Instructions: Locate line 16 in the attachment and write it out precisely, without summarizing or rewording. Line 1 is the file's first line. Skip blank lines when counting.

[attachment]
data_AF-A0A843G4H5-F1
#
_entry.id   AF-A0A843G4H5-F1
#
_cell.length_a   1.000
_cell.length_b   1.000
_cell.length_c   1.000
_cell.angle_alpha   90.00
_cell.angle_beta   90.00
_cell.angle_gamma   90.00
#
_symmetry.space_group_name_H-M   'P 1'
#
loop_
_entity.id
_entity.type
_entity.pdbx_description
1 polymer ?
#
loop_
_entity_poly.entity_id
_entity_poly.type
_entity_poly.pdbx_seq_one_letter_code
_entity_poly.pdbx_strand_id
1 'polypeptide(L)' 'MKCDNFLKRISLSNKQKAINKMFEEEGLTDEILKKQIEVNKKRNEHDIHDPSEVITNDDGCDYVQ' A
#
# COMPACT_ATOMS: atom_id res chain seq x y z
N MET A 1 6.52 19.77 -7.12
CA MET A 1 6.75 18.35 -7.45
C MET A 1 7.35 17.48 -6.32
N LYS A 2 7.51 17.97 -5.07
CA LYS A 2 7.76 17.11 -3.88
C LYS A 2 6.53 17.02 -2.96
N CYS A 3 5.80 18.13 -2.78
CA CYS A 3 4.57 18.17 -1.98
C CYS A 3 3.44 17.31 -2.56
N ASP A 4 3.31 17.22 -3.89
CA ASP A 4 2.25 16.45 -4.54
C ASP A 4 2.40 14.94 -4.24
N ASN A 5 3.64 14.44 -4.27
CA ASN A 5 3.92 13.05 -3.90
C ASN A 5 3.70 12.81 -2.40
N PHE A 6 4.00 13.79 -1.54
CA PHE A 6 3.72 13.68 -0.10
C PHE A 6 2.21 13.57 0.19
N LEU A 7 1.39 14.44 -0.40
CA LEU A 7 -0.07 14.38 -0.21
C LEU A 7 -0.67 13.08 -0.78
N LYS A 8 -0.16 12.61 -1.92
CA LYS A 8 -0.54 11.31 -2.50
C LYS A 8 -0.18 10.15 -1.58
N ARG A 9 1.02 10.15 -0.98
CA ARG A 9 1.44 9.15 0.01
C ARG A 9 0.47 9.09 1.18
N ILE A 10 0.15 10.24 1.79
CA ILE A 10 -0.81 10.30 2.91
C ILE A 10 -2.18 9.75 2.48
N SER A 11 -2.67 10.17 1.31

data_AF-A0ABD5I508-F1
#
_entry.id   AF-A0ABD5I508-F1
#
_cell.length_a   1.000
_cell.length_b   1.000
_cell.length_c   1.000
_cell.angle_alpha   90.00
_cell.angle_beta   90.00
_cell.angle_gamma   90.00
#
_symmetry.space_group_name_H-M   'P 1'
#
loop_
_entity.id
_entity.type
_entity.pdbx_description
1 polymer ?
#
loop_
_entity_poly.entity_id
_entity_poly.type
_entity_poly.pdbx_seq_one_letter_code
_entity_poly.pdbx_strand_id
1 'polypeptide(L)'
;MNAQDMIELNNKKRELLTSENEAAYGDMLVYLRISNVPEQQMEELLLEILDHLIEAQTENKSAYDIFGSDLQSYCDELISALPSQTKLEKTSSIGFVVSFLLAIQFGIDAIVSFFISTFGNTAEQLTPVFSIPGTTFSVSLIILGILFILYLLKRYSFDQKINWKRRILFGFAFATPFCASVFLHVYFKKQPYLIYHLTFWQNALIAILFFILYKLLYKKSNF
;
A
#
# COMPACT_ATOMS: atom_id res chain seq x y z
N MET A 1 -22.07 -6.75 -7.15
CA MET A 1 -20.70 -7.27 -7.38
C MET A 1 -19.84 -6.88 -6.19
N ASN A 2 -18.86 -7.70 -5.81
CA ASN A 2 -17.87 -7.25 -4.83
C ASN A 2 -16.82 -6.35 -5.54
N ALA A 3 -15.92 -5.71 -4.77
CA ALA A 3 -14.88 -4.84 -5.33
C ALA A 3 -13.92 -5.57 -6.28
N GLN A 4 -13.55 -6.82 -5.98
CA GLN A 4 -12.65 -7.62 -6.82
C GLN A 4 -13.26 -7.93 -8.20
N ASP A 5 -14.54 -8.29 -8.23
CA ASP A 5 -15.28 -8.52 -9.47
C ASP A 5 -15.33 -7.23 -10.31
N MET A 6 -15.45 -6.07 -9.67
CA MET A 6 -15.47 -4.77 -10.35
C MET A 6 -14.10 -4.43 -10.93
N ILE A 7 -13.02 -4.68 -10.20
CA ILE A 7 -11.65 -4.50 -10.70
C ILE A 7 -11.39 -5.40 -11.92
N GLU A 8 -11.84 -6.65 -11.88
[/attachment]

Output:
_entity.type